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    • Anonymous says:

      Same process as the cabinet status grants. Illegal then, illegal now.




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      • Anonymous says:

        That chip on your shoulder has been there for a long long time. Let it go.




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        • Anonymous says:

          No. I think it was an overt abuse of power and is destroying the country I love. It was wrong. It still is.




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      • Anonymous says:

        This all makes me wonder why we even bother to have a police force or an ACC. Even if nothing improper happened in this instance the scope for abuses in public office seems enormous, and no-one seems to give a damn.




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  20. Anonymous says:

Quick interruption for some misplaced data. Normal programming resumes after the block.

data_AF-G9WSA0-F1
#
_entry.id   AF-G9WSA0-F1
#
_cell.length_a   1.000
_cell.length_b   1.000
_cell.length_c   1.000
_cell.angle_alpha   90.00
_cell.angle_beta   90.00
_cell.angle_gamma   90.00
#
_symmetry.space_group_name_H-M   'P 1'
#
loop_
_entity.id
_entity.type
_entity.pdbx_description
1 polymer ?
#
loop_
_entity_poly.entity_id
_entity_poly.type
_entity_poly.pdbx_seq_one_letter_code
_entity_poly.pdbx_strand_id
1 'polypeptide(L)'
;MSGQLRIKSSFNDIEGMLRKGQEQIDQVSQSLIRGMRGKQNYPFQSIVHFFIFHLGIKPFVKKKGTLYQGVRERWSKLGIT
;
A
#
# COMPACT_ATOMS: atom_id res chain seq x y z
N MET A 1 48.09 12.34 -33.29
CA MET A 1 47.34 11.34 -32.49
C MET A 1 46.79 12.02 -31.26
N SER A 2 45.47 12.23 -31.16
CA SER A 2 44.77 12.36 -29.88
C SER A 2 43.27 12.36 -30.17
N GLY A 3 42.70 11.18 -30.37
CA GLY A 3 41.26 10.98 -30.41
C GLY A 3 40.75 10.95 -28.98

The role of Leonard Dilbert in getting himself, with Bush’s support, promoted out of a job in government where, like all his other jobs, he was a total non performer, into Mac’s Chief of Staff is something the Audit Office should also investigate.It was a big scandal inside the civil service at the time but it was all kept quiet because McKeeva was so strong at that time. Parchment was another one of those who thought Mac’s power would go on forever and cover up all these nefarious wrongdoings. Shame on you Richard and Leonard. You are Caymanians like the rest of we and should not have been involved in this sort of chicanery.




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  21. Anonymous says: